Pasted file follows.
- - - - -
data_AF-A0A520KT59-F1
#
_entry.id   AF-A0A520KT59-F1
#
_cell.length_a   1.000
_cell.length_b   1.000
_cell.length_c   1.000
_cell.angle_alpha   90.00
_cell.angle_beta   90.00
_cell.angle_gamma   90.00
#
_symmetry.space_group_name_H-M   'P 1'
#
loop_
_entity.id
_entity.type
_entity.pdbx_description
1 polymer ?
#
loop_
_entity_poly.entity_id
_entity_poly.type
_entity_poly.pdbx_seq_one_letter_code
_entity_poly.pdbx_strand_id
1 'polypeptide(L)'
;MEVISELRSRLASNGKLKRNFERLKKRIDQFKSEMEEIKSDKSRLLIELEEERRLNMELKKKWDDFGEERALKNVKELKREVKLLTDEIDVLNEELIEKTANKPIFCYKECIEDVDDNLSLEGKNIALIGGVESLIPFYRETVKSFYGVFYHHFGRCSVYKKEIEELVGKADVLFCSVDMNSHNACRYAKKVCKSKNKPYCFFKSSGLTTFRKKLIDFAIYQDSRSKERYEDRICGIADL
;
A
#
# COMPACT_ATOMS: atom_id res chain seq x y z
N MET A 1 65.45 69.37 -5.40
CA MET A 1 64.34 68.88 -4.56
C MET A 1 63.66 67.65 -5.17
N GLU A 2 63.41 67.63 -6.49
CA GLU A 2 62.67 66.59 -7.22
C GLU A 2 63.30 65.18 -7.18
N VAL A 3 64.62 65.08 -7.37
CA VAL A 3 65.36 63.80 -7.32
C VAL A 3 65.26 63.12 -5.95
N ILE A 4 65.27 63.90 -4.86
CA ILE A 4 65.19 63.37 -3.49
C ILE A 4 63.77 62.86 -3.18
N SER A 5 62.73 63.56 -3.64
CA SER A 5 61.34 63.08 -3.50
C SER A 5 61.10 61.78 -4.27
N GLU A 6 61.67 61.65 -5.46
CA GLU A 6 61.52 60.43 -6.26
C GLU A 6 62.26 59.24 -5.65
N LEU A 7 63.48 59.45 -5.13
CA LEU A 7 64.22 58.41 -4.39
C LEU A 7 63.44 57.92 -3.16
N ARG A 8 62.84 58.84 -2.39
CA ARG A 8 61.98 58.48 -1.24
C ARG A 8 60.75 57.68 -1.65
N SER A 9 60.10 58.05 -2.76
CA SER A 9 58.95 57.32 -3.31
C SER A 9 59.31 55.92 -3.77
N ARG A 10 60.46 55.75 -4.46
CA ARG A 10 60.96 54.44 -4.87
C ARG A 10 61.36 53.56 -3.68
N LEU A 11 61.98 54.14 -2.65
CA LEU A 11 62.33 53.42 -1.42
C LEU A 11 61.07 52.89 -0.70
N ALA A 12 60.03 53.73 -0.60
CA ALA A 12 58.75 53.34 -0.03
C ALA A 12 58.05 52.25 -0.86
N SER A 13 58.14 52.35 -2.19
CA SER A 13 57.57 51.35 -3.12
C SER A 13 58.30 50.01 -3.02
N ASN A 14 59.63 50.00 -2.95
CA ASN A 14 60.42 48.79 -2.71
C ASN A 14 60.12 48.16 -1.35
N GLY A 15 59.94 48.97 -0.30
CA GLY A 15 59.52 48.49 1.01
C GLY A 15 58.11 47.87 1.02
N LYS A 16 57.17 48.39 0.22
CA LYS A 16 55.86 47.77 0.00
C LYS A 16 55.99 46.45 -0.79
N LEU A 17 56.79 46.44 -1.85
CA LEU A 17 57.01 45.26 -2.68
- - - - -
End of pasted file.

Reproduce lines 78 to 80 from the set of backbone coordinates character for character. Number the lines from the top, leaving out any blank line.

C LYS A 16 55.99 46.45 -0.79
N LEU A 17 56.79 46.44 -1.85
CA LEU A 17 57.01 45.26 -2.68